President Donald Trump sparked a new controversy over the weekend by suggesting that testing more people for the coronavirus has contributed to the U.S. holding the top spot in the world for COVID-19 diagnoses, in the midst of the worst daily case spike the world has seen since the crisis began.

With the world’s largest economy struggling to contain the virus, the president made waves after a rally in Tulsa, where turnout was less than expected. Trump said that when testing is widespread, “you’re going to find more people. So I said to my people, ‘slow the testing down please.’”

White House officials have said the president was kidding, and never directed the coronavirus task force to slow down testing. However, the comments drew widespread criticism, and flew in the face of worrying trends in states like Florida, which despite a slight decrease in testing is seeing cases surge.

Whether the president said in jest or was serious, it was a “pretty terrible thing to say,” Dr. Anand Parekh, Bipartisan Policy Center Chief Medical Advisor, told Yahoo Finance on Monday. Testing and tracing are critical to capping the COVID-19 surge, he added.

Around the world, the pandemic has infected over 9 million, with more than 2.2 million affected in the U.S. on nearly 120,000 deaths. The virus shows few signs of slowing, as the World Health Organization said on Monday that record increases Brazil and India are boosting daily totals.

There are over 2.2 million coronavirus cases in the U.S. (Graphic: David Foster/Yahoo Finance)

“It seems that almost every day we reach a new and grim record,” WHO director general Tedros Adhanom Ghebreyesus said Monday. “Yesterday, more than 183,000 new cases of COVID-19 were reported to WHO – easily the most in a single day so far.”

The resurgence in cases in the country sheds light on the struggles to reopen the economy as the pandemic tightens its grip on the global economy, and key regions grapple with a jump in new infections.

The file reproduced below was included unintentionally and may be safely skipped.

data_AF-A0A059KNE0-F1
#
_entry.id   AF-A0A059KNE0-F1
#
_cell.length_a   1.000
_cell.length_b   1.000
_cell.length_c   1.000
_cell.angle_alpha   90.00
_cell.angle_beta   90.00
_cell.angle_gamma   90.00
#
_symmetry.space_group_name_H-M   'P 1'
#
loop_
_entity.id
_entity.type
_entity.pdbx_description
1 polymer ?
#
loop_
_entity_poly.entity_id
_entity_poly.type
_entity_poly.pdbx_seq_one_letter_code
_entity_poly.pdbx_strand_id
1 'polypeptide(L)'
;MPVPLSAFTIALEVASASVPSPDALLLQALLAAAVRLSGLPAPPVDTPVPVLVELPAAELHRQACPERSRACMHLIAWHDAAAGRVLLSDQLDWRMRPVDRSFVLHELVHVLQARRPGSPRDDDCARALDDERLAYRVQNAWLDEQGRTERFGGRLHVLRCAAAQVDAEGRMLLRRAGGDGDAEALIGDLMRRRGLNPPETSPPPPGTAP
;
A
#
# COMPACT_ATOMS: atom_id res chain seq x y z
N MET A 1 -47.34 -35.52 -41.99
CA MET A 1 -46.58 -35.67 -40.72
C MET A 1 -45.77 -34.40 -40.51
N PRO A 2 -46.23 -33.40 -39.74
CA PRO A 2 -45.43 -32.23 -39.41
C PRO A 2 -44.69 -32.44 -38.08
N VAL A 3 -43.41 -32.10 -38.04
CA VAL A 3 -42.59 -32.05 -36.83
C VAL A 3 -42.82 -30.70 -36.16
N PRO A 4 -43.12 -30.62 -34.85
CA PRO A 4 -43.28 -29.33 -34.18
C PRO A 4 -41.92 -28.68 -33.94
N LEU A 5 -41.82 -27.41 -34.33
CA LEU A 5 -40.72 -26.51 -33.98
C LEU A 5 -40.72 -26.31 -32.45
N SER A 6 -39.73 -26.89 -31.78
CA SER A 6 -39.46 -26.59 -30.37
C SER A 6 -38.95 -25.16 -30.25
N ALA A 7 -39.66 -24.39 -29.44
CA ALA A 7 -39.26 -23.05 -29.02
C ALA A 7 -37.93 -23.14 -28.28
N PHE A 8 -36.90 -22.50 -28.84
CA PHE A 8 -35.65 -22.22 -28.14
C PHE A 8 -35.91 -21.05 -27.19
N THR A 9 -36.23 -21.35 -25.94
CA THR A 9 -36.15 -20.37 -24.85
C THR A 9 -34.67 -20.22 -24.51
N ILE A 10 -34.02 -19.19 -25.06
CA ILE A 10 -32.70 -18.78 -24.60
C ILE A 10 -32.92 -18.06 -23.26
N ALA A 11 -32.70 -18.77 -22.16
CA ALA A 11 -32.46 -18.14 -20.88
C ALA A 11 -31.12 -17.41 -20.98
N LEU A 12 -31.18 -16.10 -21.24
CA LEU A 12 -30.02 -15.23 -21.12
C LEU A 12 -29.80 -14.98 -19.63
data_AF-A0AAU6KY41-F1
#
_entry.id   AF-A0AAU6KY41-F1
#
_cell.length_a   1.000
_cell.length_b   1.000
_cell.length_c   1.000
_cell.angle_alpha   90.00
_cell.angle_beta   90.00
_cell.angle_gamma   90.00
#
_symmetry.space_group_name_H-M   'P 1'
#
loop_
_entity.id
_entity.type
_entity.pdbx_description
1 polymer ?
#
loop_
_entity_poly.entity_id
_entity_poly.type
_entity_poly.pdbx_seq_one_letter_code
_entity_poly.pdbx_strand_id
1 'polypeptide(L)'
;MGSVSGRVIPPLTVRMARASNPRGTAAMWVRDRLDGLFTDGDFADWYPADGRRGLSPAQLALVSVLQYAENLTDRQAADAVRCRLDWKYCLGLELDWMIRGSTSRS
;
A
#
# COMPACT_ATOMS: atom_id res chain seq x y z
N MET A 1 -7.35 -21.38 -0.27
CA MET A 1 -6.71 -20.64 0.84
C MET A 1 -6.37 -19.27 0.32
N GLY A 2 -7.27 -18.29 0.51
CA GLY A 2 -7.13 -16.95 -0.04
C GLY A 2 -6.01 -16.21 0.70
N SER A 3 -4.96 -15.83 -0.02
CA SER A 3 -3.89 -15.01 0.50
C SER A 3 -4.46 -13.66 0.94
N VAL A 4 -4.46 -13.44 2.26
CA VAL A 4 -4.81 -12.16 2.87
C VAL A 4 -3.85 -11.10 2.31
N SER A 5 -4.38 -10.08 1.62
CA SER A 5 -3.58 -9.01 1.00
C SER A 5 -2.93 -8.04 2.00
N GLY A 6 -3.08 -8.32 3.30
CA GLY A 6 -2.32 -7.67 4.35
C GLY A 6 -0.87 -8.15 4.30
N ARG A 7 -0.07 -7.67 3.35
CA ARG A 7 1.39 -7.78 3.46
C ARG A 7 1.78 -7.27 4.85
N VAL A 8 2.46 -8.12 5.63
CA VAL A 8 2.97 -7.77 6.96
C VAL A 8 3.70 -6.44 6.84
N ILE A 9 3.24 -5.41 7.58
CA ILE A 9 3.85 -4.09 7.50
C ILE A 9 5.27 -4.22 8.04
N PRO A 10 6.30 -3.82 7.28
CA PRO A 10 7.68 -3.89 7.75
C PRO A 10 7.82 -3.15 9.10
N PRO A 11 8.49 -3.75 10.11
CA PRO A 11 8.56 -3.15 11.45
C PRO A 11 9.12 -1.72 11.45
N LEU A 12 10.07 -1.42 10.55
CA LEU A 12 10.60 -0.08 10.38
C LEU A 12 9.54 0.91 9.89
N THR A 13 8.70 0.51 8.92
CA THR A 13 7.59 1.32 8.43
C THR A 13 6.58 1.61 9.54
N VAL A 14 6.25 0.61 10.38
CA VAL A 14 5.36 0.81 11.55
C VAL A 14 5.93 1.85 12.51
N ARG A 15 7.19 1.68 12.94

Texas, Arizona, North Carolina, South Carolina, Utah and California are among the states being closely watched as they see spikes in cases. Meanwhile, former hotspots like New York City and New Jersey are pressing ahead with plans to reopen indoor seating, salons and other businesses and activities.

Public health experts have also noted a trend of younger individuals being affected by the virus in Florida, which explains the country’s surging case count even as the death rate slows.

A tale of two treatments

Gilead (GILD) announced Monday it will begin testing an inhaled version of its antiviral drug for use as an early-stage COVID-19 treatment. The announcement is part of the company’s pursuit to determine efficacy in non-hospitalized patients, including nursing homes.

Previously, Gilead had expressed interest in an inhaled form, since the ingredients are too dangerous to the liver for an oral option. The drug has show moderate improvements in patients, according to several clinical trials, but is currently only available in a hospital setting intravenously.

Amid a surge of COVID-19 testing and treatment options, the U.S. Food and Drug Administration (FDA) revoked emergency use for a number of antibody tests, after reports of low-accuracy tests flooding the market.

In a separate move, two clinical trials of hydroxychloroquine were halted over the weekend, adding to waning hopes that the anti-malarial drug could prove effective against the coronavirus. Last week, the FDA revoked the drug’s emergency use authorization.

One of the drug’s manufacturers, Novartis (NVS), announced late Friday it would end its clinical trials due to “acute enrollment challenges.” The company said it would continue to provide the drug for other ongoing trials.

The same reason was cited by the National Institute of Health, which announced it would end trials of HCQ and azithromycin, because “the rate of participant enrollment has been inadequate for the trial to meet its objectives in a timely manner. No safety concerns were associated with the trial.”

The announcements add another twist to the saga involving the controversial drug, which first gained traction as President Donald Trump touted its potential, and recently said he was taking it as a preventative drug.

Subsequent studies have shown little or no effect for hospitalized patients, and in some cases increased risk of death. A medical journal article showing positive results was recently retracted due to questionable data sources for the retroactive study.

Anjalee Khemlani is a reporter at Yahoo Finance. Follow her on Twitter: @AnjKhem

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